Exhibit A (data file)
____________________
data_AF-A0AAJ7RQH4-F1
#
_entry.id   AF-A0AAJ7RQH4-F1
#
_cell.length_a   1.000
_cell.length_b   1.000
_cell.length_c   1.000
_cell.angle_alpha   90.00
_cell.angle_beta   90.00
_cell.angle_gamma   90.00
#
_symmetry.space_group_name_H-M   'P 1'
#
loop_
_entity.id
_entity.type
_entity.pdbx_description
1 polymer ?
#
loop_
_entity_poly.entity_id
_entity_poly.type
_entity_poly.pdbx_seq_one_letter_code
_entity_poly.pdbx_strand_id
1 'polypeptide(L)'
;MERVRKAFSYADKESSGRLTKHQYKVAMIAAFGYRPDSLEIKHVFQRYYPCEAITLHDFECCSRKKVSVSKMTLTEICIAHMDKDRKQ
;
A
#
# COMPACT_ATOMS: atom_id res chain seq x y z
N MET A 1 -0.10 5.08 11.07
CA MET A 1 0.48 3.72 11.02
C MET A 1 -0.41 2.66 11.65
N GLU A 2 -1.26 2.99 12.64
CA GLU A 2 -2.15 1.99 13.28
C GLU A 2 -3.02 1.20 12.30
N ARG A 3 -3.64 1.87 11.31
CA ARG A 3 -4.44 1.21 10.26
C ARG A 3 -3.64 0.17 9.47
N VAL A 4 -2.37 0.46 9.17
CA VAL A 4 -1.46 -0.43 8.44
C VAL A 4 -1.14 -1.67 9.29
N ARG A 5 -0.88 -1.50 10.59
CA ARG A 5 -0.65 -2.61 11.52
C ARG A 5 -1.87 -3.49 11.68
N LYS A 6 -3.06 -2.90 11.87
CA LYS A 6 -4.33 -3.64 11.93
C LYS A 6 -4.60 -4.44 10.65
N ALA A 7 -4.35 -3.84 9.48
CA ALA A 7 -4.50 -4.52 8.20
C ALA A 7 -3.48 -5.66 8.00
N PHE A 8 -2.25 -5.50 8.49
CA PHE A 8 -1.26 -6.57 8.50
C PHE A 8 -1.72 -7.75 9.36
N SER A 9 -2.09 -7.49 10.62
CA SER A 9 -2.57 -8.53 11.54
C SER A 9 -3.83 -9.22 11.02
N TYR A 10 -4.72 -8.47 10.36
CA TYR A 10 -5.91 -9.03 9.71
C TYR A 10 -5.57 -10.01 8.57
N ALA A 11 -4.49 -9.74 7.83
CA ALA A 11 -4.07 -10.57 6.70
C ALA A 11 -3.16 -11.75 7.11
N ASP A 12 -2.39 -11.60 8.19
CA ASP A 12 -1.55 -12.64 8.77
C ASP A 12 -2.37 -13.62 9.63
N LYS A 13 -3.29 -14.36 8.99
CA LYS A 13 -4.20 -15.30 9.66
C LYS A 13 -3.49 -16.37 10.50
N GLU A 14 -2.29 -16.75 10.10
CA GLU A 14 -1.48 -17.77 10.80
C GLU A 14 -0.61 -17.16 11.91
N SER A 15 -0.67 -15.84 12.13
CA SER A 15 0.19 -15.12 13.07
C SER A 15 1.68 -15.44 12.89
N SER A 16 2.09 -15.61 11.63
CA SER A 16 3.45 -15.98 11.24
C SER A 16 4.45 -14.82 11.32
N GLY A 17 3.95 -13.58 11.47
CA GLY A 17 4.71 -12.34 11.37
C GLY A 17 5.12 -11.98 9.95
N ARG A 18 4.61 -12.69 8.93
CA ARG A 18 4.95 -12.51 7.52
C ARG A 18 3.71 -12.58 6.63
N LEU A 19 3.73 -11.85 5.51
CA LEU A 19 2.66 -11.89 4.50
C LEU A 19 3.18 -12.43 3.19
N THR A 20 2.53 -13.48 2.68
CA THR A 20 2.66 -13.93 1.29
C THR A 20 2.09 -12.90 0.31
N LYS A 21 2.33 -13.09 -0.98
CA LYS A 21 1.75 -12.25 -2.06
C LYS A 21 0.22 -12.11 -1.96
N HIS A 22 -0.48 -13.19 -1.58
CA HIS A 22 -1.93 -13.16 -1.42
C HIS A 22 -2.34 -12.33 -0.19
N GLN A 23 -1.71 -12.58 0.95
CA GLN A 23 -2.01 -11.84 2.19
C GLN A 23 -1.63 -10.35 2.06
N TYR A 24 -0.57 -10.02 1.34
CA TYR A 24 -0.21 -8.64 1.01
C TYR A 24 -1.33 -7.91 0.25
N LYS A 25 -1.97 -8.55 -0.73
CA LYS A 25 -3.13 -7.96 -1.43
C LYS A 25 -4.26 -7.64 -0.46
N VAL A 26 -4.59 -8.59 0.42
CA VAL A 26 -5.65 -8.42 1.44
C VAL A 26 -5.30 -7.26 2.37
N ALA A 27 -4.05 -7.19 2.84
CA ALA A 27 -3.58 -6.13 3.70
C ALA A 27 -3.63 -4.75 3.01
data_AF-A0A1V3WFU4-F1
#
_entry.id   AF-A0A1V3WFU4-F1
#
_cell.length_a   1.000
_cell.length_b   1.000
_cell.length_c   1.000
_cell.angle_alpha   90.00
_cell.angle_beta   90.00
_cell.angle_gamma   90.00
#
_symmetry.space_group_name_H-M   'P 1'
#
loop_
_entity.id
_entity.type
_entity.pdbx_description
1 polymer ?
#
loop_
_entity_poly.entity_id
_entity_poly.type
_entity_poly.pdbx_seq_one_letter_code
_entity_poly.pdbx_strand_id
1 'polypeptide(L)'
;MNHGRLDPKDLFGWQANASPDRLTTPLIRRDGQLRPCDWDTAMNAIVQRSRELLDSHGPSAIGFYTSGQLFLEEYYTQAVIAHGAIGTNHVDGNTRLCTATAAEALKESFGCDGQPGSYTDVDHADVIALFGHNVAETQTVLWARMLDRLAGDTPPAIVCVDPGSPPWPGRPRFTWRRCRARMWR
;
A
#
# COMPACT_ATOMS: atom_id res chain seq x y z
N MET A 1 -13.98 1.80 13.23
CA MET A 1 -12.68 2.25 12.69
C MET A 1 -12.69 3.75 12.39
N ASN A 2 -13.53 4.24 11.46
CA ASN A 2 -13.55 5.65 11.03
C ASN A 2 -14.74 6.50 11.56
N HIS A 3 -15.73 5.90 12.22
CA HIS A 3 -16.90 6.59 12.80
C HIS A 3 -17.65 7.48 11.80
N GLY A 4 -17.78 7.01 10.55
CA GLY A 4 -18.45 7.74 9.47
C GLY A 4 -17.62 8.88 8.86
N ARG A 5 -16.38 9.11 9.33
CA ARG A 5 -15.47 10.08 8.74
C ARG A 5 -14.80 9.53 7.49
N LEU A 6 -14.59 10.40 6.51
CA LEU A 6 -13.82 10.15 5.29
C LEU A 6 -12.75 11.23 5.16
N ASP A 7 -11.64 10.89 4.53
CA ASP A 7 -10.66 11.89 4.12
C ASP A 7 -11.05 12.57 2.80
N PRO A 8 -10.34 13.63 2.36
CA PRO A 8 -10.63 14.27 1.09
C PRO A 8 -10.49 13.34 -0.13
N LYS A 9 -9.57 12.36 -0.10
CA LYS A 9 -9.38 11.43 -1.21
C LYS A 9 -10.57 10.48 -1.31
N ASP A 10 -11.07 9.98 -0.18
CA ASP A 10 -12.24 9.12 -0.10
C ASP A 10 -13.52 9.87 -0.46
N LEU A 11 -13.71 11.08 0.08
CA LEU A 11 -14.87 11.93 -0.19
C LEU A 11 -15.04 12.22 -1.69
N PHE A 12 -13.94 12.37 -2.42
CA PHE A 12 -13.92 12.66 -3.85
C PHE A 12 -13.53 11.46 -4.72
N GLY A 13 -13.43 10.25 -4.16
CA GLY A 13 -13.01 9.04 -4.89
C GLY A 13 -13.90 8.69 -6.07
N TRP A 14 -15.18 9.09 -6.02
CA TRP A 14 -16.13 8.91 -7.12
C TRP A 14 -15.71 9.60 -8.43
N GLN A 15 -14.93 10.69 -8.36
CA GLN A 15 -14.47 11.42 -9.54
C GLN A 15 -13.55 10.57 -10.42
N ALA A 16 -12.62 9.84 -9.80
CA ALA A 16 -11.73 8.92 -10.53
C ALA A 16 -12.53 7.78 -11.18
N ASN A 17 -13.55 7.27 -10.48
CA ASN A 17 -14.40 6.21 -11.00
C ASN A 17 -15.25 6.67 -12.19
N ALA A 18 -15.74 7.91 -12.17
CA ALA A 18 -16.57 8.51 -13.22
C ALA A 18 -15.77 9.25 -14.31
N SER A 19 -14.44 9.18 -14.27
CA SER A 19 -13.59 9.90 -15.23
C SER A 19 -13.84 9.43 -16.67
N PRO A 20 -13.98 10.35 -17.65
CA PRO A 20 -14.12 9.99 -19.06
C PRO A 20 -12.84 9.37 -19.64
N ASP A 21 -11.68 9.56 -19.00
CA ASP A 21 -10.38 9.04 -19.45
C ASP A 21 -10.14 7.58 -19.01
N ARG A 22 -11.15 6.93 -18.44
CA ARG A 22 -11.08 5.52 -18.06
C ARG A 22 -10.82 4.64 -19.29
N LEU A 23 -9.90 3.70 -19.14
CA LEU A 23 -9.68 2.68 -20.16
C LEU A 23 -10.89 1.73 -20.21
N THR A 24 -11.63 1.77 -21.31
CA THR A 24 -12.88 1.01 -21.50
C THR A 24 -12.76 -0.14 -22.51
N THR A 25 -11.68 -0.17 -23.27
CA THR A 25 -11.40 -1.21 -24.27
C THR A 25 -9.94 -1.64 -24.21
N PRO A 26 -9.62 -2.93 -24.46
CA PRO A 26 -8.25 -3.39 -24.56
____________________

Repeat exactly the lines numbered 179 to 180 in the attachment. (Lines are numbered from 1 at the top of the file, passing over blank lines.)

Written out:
CA GLY A 13 -13.01 9.04 -4.89
C GLY A 13 -13.90 8.69 -6.07